Articles Posted in Medical Malpractice

4 - surgeon with instruments.jpgHospital acquired infections (HAI), also known as “healthcare-associated infections” or “nosocomial” infections, are infections that patients get while undergoing medical treatment in healthcare facilities. They are infections that are not present and without evidence of incubation at the time the patient is admitted to a healthcare facility. Most infections that become clinically evident after 48 hours of a patient’s hospitalization are considered hospital acquired. These infections occur in all types of medical facilities, including hospitals, outpatient surgical and care centers, and long-term care facilities, such as nursing homes and rehabilitation centers.

For example, consider the case of a patient who is admitted to the hospital to undergo orthopedic surgery, such as a hip or knee replacement. The surgery is successful from an orthopedic standpoint. However, while recovering in the hospital, the patient develops a life-threatening Staph infection. Or, consider the case of a patient who undergoes successful surgery to remove a benign growth from her body, only to develop an infection caused by a contaminated surgical instrument. In both cases, the surgeries were considered a success, but the outcomes were dramatically and negatively impacted by the hospital acquired infections. In its February 22, 2012 broadcast, the Today show on NBC featured a story entitled TODAY Investigates: Dirty surgical instruments a problem in the OR, reporting on other, real-life victims of hospital acquired infections.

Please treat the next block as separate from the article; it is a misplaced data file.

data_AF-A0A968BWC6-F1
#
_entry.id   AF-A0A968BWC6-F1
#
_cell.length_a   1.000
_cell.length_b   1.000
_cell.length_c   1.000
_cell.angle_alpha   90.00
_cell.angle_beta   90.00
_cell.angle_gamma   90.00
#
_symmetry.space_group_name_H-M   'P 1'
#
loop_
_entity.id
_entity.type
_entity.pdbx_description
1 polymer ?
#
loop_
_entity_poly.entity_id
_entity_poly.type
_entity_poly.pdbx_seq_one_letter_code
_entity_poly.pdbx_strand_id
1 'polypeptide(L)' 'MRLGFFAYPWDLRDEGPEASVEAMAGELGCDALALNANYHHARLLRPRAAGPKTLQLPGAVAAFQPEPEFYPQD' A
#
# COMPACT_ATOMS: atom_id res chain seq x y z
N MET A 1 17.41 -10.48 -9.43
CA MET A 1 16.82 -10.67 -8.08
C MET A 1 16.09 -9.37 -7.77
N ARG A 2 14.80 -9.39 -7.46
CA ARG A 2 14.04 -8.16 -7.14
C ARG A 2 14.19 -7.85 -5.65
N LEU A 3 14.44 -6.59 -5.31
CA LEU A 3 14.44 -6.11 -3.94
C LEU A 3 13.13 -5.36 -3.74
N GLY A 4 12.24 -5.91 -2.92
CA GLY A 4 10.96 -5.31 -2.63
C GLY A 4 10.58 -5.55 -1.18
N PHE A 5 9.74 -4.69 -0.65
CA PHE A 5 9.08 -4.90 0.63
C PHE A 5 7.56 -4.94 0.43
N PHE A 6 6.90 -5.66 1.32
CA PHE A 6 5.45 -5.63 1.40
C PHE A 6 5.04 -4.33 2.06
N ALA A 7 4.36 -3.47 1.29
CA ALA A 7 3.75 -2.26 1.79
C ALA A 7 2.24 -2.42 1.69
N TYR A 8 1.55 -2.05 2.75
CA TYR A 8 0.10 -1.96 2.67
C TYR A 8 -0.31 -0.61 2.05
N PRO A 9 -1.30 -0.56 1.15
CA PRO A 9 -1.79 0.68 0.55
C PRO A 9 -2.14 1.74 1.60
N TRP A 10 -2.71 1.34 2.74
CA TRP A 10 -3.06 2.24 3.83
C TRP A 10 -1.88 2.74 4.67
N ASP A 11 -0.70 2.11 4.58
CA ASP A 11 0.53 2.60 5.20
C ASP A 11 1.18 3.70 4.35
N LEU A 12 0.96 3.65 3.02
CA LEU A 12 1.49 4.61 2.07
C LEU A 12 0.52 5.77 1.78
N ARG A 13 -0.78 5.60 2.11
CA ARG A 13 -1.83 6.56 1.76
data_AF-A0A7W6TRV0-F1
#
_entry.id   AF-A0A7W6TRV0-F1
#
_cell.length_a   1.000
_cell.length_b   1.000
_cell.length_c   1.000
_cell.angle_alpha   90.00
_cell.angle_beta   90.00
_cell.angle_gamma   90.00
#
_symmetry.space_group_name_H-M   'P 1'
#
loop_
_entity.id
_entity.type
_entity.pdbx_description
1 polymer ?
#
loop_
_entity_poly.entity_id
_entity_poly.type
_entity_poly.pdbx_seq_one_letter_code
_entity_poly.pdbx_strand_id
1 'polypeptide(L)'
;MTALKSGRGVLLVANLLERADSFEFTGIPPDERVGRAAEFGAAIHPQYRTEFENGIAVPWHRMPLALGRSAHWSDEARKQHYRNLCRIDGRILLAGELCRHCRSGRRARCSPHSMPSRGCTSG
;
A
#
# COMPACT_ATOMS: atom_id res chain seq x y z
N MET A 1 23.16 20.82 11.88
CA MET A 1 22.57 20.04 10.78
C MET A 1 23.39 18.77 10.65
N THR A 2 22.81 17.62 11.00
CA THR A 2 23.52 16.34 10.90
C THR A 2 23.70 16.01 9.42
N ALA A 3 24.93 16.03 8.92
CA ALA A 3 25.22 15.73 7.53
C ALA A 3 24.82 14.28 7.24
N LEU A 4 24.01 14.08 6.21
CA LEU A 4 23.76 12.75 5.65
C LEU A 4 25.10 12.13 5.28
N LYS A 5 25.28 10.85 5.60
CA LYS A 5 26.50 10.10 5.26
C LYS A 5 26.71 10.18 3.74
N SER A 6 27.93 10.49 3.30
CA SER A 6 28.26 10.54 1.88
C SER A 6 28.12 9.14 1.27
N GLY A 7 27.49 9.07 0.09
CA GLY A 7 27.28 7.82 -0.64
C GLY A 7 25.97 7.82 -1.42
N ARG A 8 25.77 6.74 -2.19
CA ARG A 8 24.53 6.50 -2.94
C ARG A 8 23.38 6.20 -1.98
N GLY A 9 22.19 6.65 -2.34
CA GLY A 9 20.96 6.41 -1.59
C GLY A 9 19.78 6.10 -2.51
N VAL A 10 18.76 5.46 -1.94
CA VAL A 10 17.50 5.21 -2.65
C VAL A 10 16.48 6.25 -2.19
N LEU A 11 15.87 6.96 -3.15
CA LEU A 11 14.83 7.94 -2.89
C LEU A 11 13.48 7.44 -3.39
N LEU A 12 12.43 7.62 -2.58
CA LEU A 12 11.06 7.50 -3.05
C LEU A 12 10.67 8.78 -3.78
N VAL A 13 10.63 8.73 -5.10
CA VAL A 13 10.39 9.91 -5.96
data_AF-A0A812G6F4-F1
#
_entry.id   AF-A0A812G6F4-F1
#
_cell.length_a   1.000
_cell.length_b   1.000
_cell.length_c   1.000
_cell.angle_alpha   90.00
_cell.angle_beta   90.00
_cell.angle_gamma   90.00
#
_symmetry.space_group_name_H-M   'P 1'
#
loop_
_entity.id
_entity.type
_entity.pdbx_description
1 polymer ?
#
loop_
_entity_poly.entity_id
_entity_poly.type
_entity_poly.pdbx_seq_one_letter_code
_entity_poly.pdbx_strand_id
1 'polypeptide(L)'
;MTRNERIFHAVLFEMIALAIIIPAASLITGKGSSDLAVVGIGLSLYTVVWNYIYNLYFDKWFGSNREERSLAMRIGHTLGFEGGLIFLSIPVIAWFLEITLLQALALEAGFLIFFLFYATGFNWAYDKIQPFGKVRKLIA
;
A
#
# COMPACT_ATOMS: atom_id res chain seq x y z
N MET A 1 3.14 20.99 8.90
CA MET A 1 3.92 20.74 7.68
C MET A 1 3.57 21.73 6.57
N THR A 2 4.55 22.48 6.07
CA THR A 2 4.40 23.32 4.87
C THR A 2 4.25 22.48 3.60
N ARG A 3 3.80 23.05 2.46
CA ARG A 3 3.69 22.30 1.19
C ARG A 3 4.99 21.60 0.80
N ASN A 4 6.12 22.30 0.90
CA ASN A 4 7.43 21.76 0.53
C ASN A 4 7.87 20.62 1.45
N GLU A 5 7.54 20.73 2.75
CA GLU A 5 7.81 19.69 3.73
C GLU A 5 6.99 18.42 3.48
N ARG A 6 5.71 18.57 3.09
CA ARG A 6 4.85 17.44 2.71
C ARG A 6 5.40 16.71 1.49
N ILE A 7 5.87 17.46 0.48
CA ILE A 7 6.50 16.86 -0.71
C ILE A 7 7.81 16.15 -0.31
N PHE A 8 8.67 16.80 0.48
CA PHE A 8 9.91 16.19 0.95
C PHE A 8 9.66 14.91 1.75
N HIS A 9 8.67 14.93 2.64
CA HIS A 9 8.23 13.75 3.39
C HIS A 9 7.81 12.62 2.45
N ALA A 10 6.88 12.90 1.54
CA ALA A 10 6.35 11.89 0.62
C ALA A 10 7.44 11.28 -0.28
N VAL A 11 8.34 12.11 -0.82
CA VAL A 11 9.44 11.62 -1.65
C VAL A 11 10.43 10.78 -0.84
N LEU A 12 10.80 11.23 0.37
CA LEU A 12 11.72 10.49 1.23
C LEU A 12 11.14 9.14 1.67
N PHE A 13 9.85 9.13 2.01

Hospital acquired infections are among the leading causes of preventable deaths in the United States.1 HAIs cause more deaths in the U.S. each year than automobile accidents, fires and drownings combined. Such infections lead to extended hospital stays and result in substantially increased medical costs. The U.S. Centers for Disease Control and Prevention (CDC) published a study in 2009 which concluded that the medical costs to the U.S. of hospital acquired infections ranges from $28 billion to $34 billion annually.2 Considering the extraordinary costs of HAIs to the public and the government, one would hope that a greater emphasis would be placed on preventing such infections.

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